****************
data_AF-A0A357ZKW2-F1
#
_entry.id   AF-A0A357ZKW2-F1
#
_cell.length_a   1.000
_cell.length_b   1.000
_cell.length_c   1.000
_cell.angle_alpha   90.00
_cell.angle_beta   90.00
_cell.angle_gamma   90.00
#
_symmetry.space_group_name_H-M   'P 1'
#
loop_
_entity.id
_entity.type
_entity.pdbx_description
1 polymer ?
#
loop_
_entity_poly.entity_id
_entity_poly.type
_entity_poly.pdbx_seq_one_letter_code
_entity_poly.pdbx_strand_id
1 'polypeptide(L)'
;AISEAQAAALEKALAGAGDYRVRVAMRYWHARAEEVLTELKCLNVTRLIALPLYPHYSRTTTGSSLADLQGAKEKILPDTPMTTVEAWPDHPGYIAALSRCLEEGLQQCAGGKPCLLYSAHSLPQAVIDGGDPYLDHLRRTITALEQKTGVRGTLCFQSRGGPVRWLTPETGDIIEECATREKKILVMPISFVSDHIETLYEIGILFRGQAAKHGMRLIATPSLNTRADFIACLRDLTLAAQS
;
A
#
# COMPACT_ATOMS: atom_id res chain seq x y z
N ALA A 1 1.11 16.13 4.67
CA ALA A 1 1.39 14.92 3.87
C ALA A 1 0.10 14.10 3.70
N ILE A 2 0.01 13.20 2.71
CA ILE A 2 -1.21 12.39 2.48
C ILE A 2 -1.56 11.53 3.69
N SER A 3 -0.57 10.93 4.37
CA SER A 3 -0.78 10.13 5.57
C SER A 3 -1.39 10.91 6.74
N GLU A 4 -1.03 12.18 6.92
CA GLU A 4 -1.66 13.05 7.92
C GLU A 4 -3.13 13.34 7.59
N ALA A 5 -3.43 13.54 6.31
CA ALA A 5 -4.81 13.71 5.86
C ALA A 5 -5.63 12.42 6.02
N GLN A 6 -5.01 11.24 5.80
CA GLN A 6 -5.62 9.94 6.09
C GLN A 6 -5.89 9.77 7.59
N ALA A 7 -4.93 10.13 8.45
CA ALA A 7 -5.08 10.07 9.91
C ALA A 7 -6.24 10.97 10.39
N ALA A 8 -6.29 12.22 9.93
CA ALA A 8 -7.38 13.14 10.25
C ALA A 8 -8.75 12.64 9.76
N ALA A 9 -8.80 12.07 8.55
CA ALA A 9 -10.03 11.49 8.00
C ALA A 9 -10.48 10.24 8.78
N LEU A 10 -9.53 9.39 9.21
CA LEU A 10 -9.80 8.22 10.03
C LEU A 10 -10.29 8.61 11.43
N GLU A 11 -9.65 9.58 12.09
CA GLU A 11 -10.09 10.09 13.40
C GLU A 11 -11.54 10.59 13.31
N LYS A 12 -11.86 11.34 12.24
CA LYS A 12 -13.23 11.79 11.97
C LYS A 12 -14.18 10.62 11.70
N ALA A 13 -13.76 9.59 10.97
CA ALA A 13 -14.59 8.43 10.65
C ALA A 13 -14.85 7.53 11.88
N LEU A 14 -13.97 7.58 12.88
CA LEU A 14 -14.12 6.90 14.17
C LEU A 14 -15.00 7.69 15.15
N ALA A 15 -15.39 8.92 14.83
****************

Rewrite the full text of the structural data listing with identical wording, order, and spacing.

data_AF-A0A357ZKW2-F1
#
_entry.id   AF-A0A357ZKW2-F1
#
_cell.length_a   1.000
_cell.length_b   1.000
_cell.length_c   1.000
_cell.angle_alpha   90.00
_cell.angle_beta   90.00
_cell.angle_gamma   90.00
#
_symmetry.space_group_name_H-M   'P 1'
#
loop_
_entity.id
_entity.type
_entity.pdbx_description
1 polymer ?
#
loop_
_entity_poly.entity_id
_entity_poly.type
_entity_poly.pdbx_seq_one_letter_code
_entity_poly.pdbx_strand_id
1 'polypeptide(L)'
;AISEAQAAALEKALAGAGDYRVRVAMRYWHARAEEVLTELKCLNVTRLIALPLYPHYSRTTTGSSLADLQGAKEKILPDTPMTTVEAWPDHPGYIAALSRCLEEGLQQCAGGKPCLLYSAHSLPQAVIDGGDPYLDHLRRTITALEQKTGVRGTLCFQSRGGPVRWLTPETGDIIEECATREKKILVMPISFVSDHIETLYEIGILFRGQAAKHGMRLIATPSLNTRADFIACLRDLTLAAQS
;
A
#
# COMPACT_ATOMS: atom_id res chain seq x y z
N ALA A 1 1.11 16.13 4.67
CA ALA A 1 1.39 14.92 3.87
C ALA A 1 0.10 14.10 3.70
N ILE A 2 0.01 13.20 2.71
CA ILE A 2 -1.21 12.39 2.48
C ILE A 2 -1.56 11.53 3.69
N SER A 3 -0.57 10.93 4.37
CA SER A 3 -0.78 10.13 5.57
C SER A 3 -1.39 10.91 6.74
N GLU A 4 -1.03 12.18 6.92
CA GLU A 4 -1.66 13.05 7.92
C GLU A 4 -3.13 13.34 7.59
N ALA A 5 -3.43 13.54 6.31
CA ALA A 5 -4.81 13.71 5.86
C ALA A 5 -5.63 12.42 6.02
N GLN A 6 -5.01 11.24 5.80
CA GLN A 6 -5.62 9.94 6.09
C GLN A 6 -5.89 9.77 7.59
N ALA A 7 -4.93 10.13 8.45
CA ALA A 7 -5.08 10.07 9.91
C ALA A 7 -6.24 10.97 10.39
N ALA A 8 -6.29 12.22 9.93
CA ALA A 8 -7.38 13.14 10.25
C ALA A 8 -8.75 12.64 9.76
N ALA A 9 -8.80 12.07 8.55
CA ALA A 9 -10.03 11.49 8.00
C ALA A 9 -10.48 10.24 8.78
N LEU A 10 -9.53 9.39 9.21
CA LEU A 10 -9.80 8.22 10.03
C LEU A 10 -10.29 8.61 11.43
N GLU A 11 -9.65 9.58 12.09
CA GLU A 11 -10.09 10.09 13.40
C GLU A 11 -11.54 10.59 13.31
N LYS A 12 -11.86 11.34 12.24
CA LYS A 12 -13.23 11.79 11.97
C LYS A 12 -14.18 10.62 11.70
N ALA A 13 -13.76 9.59 10.97
CA ALA A 13 -14.59 8.43 10.65
C ALA A 13 -14.85 7.53 11.88
N LEU A 14 -13.97 7.58 12.88
CA LEU A 14 -14.12 6.90 14.17
C LEU A 14 -15.00 7.69 15.15
N ALA A 15 -15.39 8.92 14.83